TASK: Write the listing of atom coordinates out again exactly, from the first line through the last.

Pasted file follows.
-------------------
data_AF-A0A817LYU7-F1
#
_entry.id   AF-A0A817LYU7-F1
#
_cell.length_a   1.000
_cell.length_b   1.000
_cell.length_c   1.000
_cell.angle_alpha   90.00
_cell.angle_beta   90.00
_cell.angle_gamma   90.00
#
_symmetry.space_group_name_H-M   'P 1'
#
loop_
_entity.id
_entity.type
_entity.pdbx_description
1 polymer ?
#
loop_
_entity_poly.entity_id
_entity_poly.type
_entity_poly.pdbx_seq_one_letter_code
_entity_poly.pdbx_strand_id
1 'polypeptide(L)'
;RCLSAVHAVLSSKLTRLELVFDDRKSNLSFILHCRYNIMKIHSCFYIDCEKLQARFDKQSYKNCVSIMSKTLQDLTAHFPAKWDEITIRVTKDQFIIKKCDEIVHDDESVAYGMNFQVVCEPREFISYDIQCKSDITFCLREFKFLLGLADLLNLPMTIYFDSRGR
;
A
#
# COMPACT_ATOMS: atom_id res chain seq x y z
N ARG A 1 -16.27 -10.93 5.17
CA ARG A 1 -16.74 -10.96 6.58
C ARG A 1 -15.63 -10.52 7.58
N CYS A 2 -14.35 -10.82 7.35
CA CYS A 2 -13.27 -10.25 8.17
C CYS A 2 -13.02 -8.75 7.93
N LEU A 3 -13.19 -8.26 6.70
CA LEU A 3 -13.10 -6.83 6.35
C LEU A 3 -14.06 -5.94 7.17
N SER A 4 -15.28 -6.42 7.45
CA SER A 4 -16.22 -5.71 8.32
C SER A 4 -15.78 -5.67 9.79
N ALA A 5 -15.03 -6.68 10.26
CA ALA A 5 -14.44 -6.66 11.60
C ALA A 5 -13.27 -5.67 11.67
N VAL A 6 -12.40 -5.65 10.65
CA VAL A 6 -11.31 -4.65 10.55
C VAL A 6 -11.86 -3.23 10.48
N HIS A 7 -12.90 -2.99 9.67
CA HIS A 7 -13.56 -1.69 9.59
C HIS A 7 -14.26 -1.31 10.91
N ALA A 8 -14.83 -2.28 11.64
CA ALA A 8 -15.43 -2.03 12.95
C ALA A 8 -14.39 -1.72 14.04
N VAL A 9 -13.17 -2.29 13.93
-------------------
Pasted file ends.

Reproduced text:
data_AF-A0A817LYU7-F1
#
_entry.id   AF-A0A817LYU7-F1
#
_cell.length_a   1.000
_cell.length_b   1.000
_cell.length_c   1.000
_cell.angle_alpha   90.00
_cell.angle_beta   90.00
_cell.angle_gamma   90.00
#
_symmetry.space_group_name_H-M   'P 1'
#
loop_
_entity.id
_entity.type
_entity.pdbx_description
1 polymer ?
#
loop_
_entity_poly.entity_id
_entity_poly.type
_entity_poly.pdbx_seq_one_letter_code
_entity_poly.pdbx_strand_id
1 'polypeptide(L)'
;RCLSAVHAVLSSKLTRLELVFDDRKSNLSFILHCRYNIMKIHSCFYIDCEKLQARFDKQSYKNCVSIMSKTLQDLTAHFPAKWDEITIRVTKDQFIIKKCDEIVHDDESVAYGMNFQVVCEPREFISYDIQCKSDITFCLREFKFLLGLADLLNLPMTIYFDSRGR
;
A
#
# COMPACT_ATOMS: atom_id res chain seq x y z
N ARG A 1 -16.27 -10.93 5.17
CA ARG A 1 -16.74 -10.96 6.58
C ARG A 1 -15.63 -10.52 7.58
N CYS A 2 -14.35 -10.82 7.35
CA CYS A 2 -13.27 -10.25 8.17
C CYS A 2 -13.02 -8.75 7.93
N LEU A 3 -13.19 -8.26 6.70
CA LEU A 3 -13.10 -6.83 6.35
C LEU A 3 -14.06 -5.94 7.17
N SER A 4 -15.28 -6.42 7.45
CA SER A 4 -16.22 -5.71 8.32
C SER A 4 -15.78 -5.67 9.79
N ALA A 5 -15.03 -6.68 10.26
CA ALA A 5 -14.44 -6.66 11.60
C ALA A 5 -13.27 -5.67 11.67
N VAL A 6 -12.40 -5.65 10.65
CA VAL A 6 -11.31 -4.65 10.55
C VAL A 6 -11.86 -3.23 10.48
N HIS A 7 -12.90 -2.99 9.67
CA HIS A 7 -13.56 -1.69 9.59
C HIS A 7 -14.26 -1.31 10.91
N ALA A 8 -14.83 -2.28 11.64
CA ALA A 8 -15.43 -2.03 12.95
C ALA A 8 -14.39 -1.72 14.04
N VAL A 9 -13.17 -2.29 13.93